Future and Emerging Technologies: Economic Impact of Artificial Intelligence (AI)

International Telecommunication Union (ITU) and McKinsey Global Institue (McKinsey)

Session 190

16:30–18:15, Thursday, 22 March 2018 Room K1, ITU Montbrillant Thematic Workshop Speakers/Panellists  Link to WSIS Action Lines  Link to SDGs 

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Economic Impact of Artificial Intelligence

In recent years there has been significant progress in the field of artificial intelligence (AI) technology that has been made possible by tremendous advances in other fields including big data, machine learning, computing power, storage capacity, and cloud computing. A number of applications of AI is already being tested and deployed in both the private and public sectors in areas as diverse as computer science, finance, business analytics, customer service, education, transportation, and healthcare.


It has been suggested that AI may also play an important role in achieving the UN Sustainable Development Goals (SDGs), outlined in the 2030 Agenda for Sustainable Development. To make this possibility a reality, the international community would need to define a common agenda that sets priorities on investment in AI both to scale up existing solutions and develop new ones. Collectively, there needs to be a better understanding of how to capitalize on the potential advantages of this technology, how AI might affect social-economic growth and development, and how well impact could be measured.


The different contexts in developed and developing countries needs to be taken into account. The impact of AI will not be felt everywhere and at the same time. The pace and degree of adoption of AI can depend on a number of factors such as the degree of digitization, competitive dynamics, transition costs, social acceptance, and regulatory frameworks. Some countries and sectors may therefore be in a more favorable position than others to adopt and leverage AI technologies, raising the possibility that some players and countries may reap benefits of AI at the expense of others.


This session aims to discuss the economic impact of AI, showcase where the potential lies, and home in on specific examples of sectors in detail. The discussion will also focus on how AI will impact on the progress toward the 17 SDGs, and help attain them. The session will also aim to generate a discussion on how businesses and policy makers can manage the risks and challenges associated with the economic impact of AI in relation to its impact on both economic growth and meeting the SDGs.


The discussion is part of ITU’s ongoing research on Economic Impact of Artificial Intelligence.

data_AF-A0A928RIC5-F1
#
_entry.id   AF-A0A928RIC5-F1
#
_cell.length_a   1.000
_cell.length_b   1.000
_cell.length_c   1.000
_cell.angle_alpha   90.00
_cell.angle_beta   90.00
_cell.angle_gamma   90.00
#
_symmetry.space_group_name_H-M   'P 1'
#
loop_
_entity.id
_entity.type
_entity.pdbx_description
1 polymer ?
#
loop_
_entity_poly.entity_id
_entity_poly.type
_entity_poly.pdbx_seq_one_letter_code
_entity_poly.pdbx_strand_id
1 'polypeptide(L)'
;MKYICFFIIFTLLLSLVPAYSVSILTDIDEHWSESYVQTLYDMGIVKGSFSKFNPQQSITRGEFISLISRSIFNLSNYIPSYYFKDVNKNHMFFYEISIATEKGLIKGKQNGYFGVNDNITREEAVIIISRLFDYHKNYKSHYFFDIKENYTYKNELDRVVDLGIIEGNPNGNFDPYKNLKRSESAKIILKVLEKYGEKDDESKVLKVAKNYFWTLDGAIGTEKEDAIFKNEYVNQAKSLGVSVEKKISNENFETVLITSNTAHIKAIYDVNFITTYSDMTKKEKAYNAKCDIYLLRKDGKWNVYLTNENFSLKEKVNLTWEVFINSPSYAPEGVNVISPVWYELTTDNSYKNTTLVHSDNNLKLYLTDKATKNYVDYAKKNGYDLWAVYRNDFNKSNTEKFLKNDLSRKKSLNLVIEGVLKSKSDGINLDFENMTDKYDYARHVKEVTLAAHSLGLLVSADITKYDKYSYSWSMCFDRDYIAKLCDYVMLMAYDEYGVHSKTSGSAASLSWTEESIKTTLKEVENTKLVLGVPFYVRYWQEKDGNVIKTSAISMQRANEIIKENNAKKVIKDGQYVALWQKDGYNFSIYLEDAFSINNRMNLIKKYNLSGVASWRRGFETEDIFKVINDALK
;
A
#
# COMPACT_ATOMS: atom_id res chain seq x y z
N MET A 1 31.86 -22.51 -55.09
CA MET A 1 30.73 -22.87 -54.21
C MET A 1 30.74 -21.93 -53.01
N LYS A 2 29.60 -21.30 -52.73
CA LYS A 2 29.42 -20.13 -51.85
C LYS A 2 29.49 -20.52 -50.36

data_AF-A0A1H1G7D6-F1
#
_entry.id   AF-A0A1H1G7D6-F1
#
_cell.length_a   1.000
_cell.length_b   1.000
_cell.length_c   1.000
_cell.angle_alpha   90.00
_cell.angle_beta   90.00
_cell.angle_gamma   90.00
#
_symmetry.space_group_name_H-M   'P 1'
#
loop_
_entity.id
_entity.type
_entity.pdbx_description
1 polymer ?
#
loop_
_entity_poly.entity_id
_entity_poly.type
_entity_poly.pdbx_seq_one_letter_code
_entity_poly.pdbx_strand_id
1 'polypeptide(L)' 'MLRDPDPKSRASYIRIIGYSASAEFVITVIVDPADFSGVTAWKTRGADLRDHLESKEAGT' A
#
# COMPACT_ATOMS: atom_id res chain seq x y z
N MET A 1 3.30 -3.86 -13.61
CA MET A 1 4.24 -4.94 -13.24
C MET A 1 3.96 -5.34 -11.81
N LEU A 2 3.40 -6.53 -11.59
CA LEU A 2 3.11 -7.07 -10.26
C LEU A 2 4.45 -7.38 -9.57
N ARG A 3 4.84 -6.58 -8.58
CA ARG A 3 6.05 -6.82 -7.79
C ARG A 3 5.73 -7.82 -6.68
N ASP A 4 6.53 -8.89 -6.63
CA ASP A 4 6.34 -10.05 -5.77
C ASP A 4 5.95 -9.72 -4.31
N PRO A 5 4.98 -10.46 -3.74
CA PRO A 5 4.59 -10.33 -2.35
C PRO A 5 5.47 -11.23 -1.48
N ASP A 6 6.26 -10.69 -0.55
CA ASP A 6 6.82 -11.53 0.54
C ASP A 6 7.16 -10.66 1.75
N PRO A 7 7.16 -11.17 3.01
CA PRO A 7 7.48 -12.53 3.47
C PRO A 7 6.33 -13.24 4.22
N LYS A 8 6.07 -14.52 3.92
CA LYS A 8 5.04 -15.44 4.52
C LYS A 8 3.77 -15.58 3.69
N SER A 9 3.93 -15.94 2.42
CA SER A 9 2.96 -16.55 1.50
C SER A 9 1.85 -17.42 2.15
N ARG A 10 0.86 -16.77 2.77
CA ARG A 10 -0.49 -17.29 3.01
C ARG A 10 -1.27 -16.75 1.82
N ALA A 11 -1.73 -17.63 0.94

Catalin Marinescu, Head of Corporate Strategy Division, ITU


Jacques Bughin, Director and Senior Partner, McKinsey Global Institute (MGI)

Neil Sahota, IBM Master Inventor, IBM Watson Group (Remote)

Irmgard Nubler, Senior economist, International Labor Organization

Mary-Anne Williams, Professor, Director of Disruptive Innovation, University of Technology Sydney




Session's link to WSIS Action Lines

  • AL C6 logo C6. Enabling environment
  • AL C7 e-Gov logo C7. ICT Applications: E-government
  • AL C7 e-Bus logo C7. ICT Applications: E-business
  • AL C7 e-Lea logo C7. ICT Applications: E-learning
  • AL C7 e-Hea logo C7. ICT Applications: E-health
  • AL C7 e-Emp logo C7. ICT Applications: E-employment
  • AL C7 e-Env logo C7. ICT Applications: E-environment
  • AL C7 e-Agr logo C7. ICT Applications: E-agriculture
  • AL C7 e-Sci logo C7. ICT Applications: E-science
  • AL C10 logo C10. Ethical dimensions of the Information Society

Session's link to Sustainable Development Process

  • Goal 1: No poverty logo Goal 1: End poverty in all its forms everywhere
  • Goal 2: Zero hunger logo Goal 2: End hunger, achieve food security and improved nutrition and promote sustainable agriculture
  • Goal 3: Good health and well-being logo Goal 3: Ensure healthy lives and promote well-being for all
  • Goal 4: Quality education logo Goal 4: Ensure inclusive and equitable quality education and promote lifelong learning opportunities for all
  • Goal 5: Gender equality logo Goal 5: Achieve gender equality and empower all women and girls
  • Goal 6: Clean water and sanitation logo Goal 6: Ensure access to water and sanitation for all
  • Goal 7: Affordable and clean energy logo Goal 7: Ensure access to affordable, reliable, sustainable and modern energy for all
  • Goal 8: Decent work and economic growth logo Goal 8: Promote inclusive and sustainable economic growth, employment and decent work for all
  • Goal 9: Industry, innovation and infrastructure logo Goal 9: Build resilient infrastructure, promote sustainable industrialization and foster innovation
  • Goal 10: Reduced inequalities logo Goal 10: Reduce inequality within and among countries
  • Goal 11: Sustainable cities and communities logo Goal 11: Make cities inclusive, safe, resilient and sustainable
  • Goal 12: Responsible consumption and production logo Goal 12: Ensure sustainable consumption and production patterns
  • Goal 13: Climate action logo Goal 13: Take urgent action to combat climate change and its impacts
  • Goal 14: Life below water logo Goal 14: Conserve and sustainably use the oceans, seas and marine resources
  • Goal 15: Life on land logo Goal 15: Sustainably manage forests, combat desertification, halt and reverse land degradation, halt biodiversity loss
  • Goal 16: Peace, justice and strong institutions logo Goal 16: Promote just, peaceful and inclusive societies
  • Goal 17: Partnerships for the goals logo Goal 17: Revitalize the global partnership for sustainable development


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